- Pensieve Flashback: Takes Ginny into several via his diary... ahem, journal. He refers to them as "Magic flashbacks."
- Pun: "You know, Quirrell, over the past year I've really grown attached to you, no pun intended."
- Red Herring: His reason for enacting the Chamber of Secrets plot is to divert people from his real plot—attaining the Resurrection Stone, which can be used to bring his body back if he sacrifices someone else.
- Sophisticated as Hell: Ends his speech to the people of Hogwarts, lifted from the books almost exactly, with "Voldemort out, bitches!"
- Soul Jar: Dumbledore has destroyed most of them by the time of Musical, the only ones remaining being Dumbledore's poster of Zac Efron and Harry himself. In Senior Year, it's revealed that Tom Riddle's diary still exists. And in the end, Voldemort lives because no one knew that Quirrell was a Horcrux too.
- Take Over the World: Unlike his canon counterpart, "ruling the world" is explicitly his objective.
- Tempting Fate: Regarding his family:Tom: I'll accept them whatever kind of wizards they are. Just so long as they are wizards.
- That Man Is Dead
- Used to Be a Sweet Kid: Well, Tom Riddle is still a Creepy Child, but it's tempered by his love of dancing.
- Villainous BSoD: Voldemort spends most of the second act in one over his betrayal of Quirrell, though he's surprisingly casual about it.
- Walking Shirtless Scene: So long as he has a body, Voldemort goes shirtless to show off his pale, but surprisingly muscular body.
- White Hair, Black Heart: Tom Riddle.
- Wrong Name Outburst: Apparently calls Bellatrix "Quirrell" numerous times.
- Appears in: Musical, Senior YearPlayed by: Britney Coleman
Voldemort's girlfriend and right hand woman. She readily accepts Voldemort once he regains his body and attempts to revamp the relationship as they carry out various evil plans. Unfortunately Voldemort is slightly different after his time with Quirrell and Bellatrix's patience with him starts to slip.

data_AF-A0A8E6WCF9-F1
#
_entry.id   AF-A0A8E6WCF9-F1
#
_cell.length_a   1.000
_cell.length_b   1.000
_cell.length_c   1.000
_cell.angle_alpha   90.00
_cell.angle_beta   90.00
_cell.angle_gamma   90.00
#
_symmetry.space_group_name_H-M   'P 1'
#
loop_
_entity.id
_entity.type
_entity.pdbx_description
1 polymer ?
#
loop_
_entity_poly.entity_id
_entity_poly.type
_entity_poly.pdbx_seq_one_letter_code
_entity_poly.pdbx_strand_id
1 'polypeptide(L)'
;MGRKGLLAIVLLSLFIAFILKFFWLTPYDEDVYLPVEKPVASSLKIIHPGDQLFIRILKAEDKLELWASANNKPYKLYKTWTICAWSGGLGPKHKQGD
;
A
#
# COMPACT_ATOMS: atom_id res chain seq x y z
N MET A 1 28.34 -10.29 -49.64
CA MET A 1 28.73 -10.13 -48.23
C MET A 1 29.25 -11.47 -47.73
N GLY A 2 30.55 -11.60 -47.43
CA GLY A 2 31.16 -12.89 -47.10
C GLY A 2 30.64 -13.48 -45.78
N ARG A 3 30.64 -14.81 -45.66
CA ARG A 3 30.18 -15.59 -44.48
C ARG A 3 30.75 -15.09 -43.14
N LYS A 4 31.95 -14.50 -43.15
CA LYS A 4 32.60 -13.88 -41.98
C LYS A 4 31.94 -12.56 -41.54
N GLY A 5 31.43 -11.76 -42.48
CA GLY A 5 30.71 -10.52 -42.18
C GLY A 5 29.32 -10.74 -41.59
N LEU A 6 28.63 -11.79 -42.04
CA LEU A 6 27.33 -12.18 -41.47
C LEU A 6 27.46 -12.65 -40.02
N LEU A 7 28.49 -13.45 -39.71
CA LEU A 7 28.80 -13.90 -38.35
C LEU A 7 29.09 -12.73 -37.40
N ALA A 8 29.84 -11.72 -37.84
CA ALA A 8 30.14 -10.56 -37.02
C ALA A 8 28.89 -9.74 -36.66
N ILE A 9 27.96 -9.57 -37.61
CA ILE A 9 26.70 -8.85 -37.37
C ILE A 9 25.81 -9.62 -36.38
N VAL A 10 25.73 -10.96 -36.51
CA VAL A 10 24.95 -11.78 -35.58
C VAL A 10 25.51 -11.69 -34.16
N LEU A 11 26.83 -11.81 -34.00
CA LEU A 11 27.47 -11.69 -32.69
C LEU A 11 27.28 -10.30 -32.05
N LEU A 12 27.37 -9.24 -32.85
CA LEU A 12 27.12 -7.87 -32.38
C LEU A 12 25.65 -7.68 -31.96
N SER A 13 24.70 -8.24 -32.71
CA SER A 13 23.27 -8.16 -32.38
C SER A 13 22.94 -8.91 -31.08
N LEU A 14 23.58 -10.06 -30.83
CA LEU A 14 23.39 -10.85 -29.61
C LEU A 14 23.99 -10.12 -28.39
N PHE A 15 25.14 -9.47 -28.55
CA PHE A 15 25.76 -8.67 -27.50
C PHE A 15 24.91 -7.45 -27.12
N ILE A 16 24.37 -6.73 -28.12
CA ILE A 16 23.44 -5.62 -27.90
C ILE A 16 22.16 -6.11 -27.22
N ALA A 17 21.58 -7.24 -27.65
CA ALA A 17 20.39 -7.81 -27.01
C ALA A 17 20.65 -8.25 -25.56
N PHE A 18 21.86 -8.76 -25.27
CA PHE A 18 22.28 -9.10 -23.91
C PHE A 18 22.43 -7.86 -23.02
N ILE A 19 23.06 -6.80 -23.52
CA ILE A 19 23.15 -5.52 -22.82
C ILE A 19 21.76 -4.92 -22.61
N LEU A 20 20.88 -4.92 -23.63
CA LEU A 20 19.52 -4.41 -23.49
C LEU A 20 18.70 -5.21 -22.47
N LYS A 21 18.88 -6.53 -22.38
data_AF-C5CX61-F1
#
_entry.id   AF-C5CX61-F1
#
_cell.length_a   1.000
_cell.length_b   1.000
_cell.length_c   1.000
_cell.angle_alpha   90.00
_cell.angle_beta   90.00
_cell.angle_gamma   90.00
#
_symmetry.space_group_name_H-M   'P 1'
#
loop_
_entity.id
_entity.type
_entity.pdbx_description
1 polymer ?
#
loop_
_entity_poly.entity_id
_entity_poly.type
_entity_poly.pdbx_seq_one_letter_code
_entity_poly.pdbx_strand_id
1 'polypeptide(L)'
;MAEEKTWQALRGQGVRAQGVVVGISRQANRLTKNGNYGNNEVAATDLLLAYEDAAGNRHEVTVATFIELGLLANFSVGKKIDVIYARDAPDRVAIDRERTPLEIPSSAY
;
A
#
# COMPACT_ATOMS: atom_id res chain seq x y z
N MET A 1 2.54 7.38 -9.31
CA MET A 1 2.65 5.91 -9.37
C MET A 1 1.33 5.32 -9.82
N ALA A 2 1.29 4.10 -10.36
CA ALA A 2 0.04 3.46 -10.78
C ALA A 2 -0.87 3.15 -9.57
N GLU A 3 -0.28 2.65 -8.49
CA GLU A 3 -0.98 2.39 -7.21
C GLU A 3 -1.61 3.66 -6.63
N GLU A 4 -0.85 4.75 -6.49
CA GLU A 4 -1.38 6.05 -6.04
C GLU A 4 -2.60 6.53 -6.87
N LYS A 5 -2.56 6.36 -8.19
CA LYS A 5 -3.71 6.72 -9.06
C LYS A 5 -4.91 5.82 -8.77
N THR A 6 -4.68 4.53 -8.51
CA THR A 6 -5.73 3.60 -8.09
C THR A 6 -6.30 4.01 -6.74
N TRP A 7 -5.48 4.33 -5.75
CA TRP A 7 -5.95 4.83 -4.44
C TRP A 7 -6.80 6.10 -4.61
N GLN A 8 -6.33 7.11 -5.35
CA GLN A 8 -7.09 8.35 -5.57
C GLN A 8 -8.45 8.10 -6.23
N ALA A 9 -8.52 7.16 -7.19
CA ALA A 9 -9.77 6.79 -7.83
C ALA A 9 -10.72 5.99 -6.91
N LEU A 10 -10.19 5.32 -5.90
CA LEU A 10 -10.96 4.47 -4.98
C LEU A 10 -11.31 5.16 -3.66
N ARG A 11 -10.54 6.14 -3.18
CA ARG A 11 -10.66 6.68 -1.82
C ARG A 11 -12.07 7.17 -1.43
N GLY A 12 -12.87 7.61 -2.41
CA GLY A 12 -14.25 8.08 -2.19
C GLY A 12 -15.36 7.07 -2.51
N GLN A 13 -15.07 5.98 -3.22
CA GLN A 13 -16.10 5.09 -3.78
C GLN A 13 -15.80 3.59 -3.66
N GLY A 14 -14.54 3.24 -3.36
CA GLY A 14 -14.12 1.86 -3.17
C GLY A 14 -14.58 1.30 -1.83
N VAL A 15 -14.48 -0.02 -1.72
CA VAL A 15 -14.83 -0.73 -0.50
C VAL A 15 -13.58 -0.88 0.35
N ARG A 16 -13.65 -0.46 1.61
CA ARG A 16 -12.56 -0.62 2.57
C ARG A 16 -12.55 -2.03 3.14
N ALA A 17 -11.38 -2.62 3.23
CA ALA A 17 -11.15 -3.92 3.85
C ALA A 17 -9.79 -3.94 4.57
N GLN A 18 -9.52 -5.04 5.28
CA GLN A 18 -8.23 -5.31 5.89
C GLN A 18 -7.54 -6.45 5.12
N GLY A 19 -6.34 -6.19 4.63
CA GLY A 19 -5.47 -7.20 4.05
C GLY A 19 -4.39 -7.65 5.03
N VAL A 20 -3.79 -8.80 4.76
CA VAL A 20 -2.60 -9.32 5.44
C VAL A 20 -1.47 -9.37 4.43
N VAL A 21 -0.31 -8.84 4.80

- Dark Mistress: The psychopathic witch Bellatrix actually in a relationship with the Dark Lord in this universe.
- Dragon-in-Chief: She seems to wear the pants in the relationship. Voldemort is too afraid of her to publicly admit that he considers Quirrell a friend.
- Everyone Went to School Together: She and Lucius were Voldemort's original Death Eaters.
- Famous Last Words: "That is NOT fair!"
- Hammerspace Hair: Keeps her wand in her hair.
- Jerkass: More this than the Ax-Crazy psycho she is in canon.
- Race Lift: Britney Coleman is black. Combine that with the Starkids' fondness for the Cross-Cast Role, and we've got the only continuity where Bellatrix Lestrange and Dean Thomas can be played by the same actor.
- Romantic False Lead: Bellatrix may start out as Voldemort's mistress, but Voldemort's heart really rests wth Quirrell.
- Used to Be a Sweet Kid: Just take a look at what she said to Voldemort when they first met, back when she was a pigtail-sporting Genki Girl:Bellatrix: I'm Trixie! I like Hogwarts 'cause there's lots of nice friends to make and yummy food to eat!
- Appears in: Sequel, Senior YearPlayed by: Tyler Brunsman
Draco's father who is quite the dancer. A Death Eater, he travels back in time to try to finish off Harry before he can take on Voldemort.
- Abusive Parents: When Draco acts like a good sport after losing a Quidditch match and says that he had fun, Lucius pulls out his wand on him (implying he was going to torture him or kill him), but then resorts to crumbling up Draco's drawing and disowning him.
- Adaptational Villainy: In the books, the Malfoy family's redeeming quality was their love for one another. This version of Lucius lacks that one quality.
- Big Bad Duumvirate: With Umbridge in Sequel.
- Bishōnen: He's remarkably pretty, and his British accent is remarkably pretty, and his legs are so long.
- Death by Adaptation: Though his death is never confirmed, it seems that he is mauled by Werewolf!Lupin. Given the state Peter Pettigrew's corpse is in, it's unlikely Lucius survived.
- Everyone Went to School Together: He and Bellatrix were Voldemort's original Death Eaters.
- Evil Brit: Like his son, but plays it perfectly straight.
- Famous Last Words: "It's a... it's a robot! No... NOOOOOO!"
- It Is Pronounced Tro Pay: Pronounces his son's name "Drah-co".
- Kick the Dog: Crumpling up a drawing Draco gave him.
- Large Ham: Dances around stage doing high kicks, and on at least one occasion has his minions dramatically carry him across the stage.
- Luke, I Am Your Father: He is not Draco's father. It's actually Dobby.
- Mr. Fanservice: An English-accented dancer in very, very tight pants.
- Original Cast Precedent: He has the long, flowing hair that Jason Isaacs wore in the role; this hairstyle was not described in the books and was in fact Isaacs' idea to make the character look as un-Muggle-like as possible.
- Talking Is a Free Action: Takes the time to roll the R in "Crucio", which gives Hermione a chance to speak an entire sentence before he finishes the curse.
- Used to Be a Sweet Kid: Seen as a schoolboy in Senior Year. Back then, he was a Cheerful Child who was only interested in friendly dance-offs.
- "Well Done, Son!" Guy: Draco shows off some moves he learned from the centaurs, making Lucius momentarily proud that he finally learned to dance.